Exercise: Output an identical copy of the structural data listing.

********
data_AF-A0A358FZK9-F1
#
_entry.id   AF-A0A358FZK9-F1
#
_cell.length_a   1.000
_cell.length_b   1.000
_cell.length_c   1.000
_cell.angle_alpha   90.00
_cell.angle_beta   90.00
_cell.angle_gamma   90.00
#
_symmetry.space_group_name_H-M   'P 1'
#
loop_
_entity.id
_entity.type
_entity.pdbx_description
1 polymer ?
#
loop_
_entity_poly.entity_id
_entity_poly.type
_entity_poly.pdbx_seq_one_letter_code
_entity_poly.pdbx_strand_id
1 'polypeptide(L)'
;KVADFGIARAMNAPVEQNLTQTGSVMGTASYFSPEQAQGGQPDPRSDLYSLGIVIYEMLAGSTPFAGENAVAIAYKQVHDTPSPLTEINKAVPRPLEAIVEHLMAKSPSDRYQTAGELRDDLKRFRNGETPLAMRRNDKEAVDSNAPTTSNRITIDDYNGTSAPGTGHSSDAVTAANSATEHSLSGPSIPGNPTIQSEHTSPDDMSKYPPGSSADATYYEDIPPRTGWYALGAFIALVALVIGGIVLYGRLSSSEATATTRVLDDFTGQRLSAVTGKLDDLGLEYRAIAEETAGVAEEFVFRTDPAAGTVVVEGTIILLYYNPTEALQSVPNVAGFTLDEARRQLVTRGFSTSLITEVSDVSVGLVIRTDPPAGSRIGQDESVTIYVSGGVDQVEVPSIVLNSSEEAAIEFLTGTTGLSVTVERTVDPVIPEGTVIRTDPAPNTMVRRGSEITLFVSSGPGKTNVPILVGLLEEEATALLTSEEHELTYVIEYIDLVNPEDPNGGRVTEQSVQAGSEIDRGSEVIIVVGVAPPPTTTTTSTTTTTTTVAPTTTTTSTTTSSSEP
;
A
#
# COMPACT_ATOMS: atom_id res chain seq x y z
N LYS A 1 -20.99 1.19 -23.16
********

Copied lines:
data_AF-A0A358FZK9-F1
#
_entry.id   AF-A0A358FZK9-F1
#
_cell.length_a   1.000
_cell.length_b   1.000
_cell.length_c   1.000
_cell.angle_alpha   90.00
_cell.angle_beta   90.00
_cell.angle_gamma   90.00
#
_symmetry.space_group_name_H-M   'P 1'
#
loop_
_entity.id
_entity.type
_entity.pdbx_description
1 polymer ?
#
loop_
_entity_poly.entity_id
_entity_poly.type
_entity_poly.pdbx_seq_one_letter_code
_entity_poly.pdbx_strand_id
1 'polypeptide(L)'
;KVADFGIARAMNAPVEQNLTQTGSVMGTASYFSPEQAQGGQPDPRSDLYSLGIVIYEMLAGSTPFAGENAVAIAYKQVHDTPSPLTEINKAVPRPLEAIVEHLMAKSPSDRYQTAGELRDDLKRFRNGETPLAMRRNDKEAVDSNAPTTSNRITIDDYNGTSAPGTGHSSDAVTAANSATEHSLSGPSIPGNPTIQSEHTSPDDMSKYPPGSSADATYYEDIPPRTGWYALGAFIALVALVIGGIVLYGRLSSSEATATTRVLDDFTGQRLSAVTGKLDDLGLEYRAIAEETAGVAEEFVFRTDPAAGTVVVEGTIILLYYNPTEALQSVPNVAGFTLDEARRQLVTRGFSTSLITEVSDVSVGLVIRTDPPAGSRIGQDESVTIYVSGGVDQVEVPSIVLNSSEEAAIEFLTGTTGLSVTVERTVDPVIPEGTVIRTDPAPNTMVRRGSEITLFVSSGPGKTNVPILVGLLEEEATALLTSEEHELTYVIEYIDLVNPEDPNGGRVTEQSVQAGSEIDRGSEVIIVVGVAPPPTTTTTSTTTTTTTVAPTTTTTSTTTSSSEP
;
A
#
# COMPACT_ATOMS: atom_id res chain seq x y z
N LYS A 1 -20.99 1.19 -23.16